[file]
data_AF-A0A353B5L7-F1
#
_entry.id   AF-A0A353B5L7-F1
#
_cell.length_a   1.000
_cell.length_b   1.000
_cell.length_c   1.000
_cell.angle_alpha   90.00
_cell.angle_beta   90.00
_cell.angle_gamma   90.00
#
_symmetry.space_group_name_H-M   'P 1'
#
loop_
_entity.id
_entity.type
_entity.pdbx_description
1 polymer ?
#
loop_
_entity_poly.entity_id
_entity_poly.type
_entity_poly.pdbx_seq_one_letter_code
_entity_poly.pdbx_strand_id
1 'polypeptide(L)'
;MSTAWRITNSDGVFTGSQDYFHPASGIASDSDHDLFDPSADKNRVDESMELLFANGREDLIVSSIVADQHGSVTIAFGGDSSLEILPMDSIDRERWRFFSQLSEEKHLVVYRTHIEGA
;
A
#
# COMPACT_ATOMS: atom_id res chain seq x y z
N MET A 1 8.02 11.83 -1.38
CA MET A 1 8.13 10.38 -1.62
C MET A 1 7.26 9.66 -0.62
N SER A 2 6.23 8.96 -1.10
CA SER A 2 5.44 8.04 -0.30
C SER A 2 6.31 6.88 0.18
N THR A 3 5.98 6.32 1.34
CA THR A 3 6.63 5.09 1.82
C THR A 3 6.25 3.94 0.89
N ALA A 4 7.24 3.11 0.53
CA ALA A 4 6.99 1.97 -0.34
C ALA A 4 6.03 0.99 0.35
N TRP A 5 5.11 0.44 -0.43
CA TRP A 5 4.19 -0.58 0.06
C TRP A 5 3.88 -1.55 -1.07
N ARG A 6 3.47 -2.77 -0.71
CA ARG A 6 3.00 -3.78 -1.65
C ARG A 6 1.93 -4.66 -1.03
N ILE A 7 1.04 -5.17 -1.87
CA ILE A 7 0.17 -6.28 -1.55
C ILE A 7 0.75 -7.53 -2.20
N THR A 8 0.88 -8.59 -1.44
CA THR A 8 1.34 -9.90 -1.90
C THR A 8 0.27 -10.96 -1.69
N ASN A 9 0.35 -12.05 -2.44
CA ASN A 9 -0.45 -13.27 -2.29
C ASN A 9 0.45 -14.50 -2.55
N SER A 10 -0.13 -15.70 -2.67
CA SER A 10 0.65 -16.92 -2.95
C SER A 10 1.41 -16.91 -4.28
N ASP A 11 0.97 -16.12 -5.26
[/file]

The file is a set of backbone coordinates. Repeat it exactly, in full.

data_AF-A0A353B5L7-F1
#
_entry.id   AF-A0A353B5L7-F1
#
_cell.length_a   1.000
_cell.length_b   1.000
_cell.length_c   1.000
_cell.angle_alpha   90.00
_cell.angle_beta   90.00
_cell.angle_gamma   90.00
#
_symmetry.space_group_name_H-M   'P 1'
#
loop_
_entity.id
_entity.type
_entity.pdbx_description
1 polymer ?
#
loop_
_entity_poly.entity_id
_entity_poly.type
_entity_poly.pdbx_seq_one_letter_code
_entity_poly.pdbx_strand_id
1 'polypeptide(L)'
;MSTAWRITNSDGVFTGSQDYFHPASGIASDSDHDLFDPSADKNRVDESMELLFANGREDLIVSSIVADQHGSVTIAFGGDSSLEILPMDSIDRERWRFFSQLSEEKHLVVYRTHIEGA
;
A
#
# COMPACT_ATOMS: atom_id res chain seq x y z
N MET A 1 8.02 11.83 -1.38
CA MET A 1 8.13 10.38 -1.62
C MET A 1 7.26 9.66 -0.62
N SER A 2 6.23 8.96 -1.10
CA SER A 2 5.44 8.04 -0.30
C SER A 2 6.31 6.88 0.18
N THR A 3 5.98 6.32 1.34
CA THR A 3 6.63 5.09 1.82
C THR A 3 6.25 3.94 0.89
N ALA A 4 7.24 3.11 0.53
CA ALA A 4 6.99 1.97 -0.34
C ALA A 4 6.03 0.99 0.35
N TRP A 5 5.11 0.44 -0.43
CA TRP A 5 4.19 -0.58 0.06
C TRP A 5 3.88 -1.55 -1.07
N ARG A 6 3.47 -2.77 -0.71
CA ARG A 6 3.00 -3.78 -1.65
C ARG A 6 1.93 -4.66 -1.03
N ILE A 7 1.04 -5.17 -1.87
CA ILE A 7 0.17 -6.28 -1.55
C ILE A 7 0.75 -7.53 -2.20
N THR A 8 0.88 -8.59 -1.44
CA THR A 8 1.34 -9.90 -1.90
C THR A 8 0.27 -10.96 -1.69
N ASN A 9 0.35 -12.05 -2.44
CA ASN A 9 -0.45 -13.27 -2.29
C ASN A 9 0.45 -14.50 -2.55
N SER A 10 -0.13 -15.70 -2.67
CA SER A 10 0.65 -16.92 -2.95
C SER A 10 1.41 -16.91 -4.28
N ASP A 11 0.97 -16.12 -5.26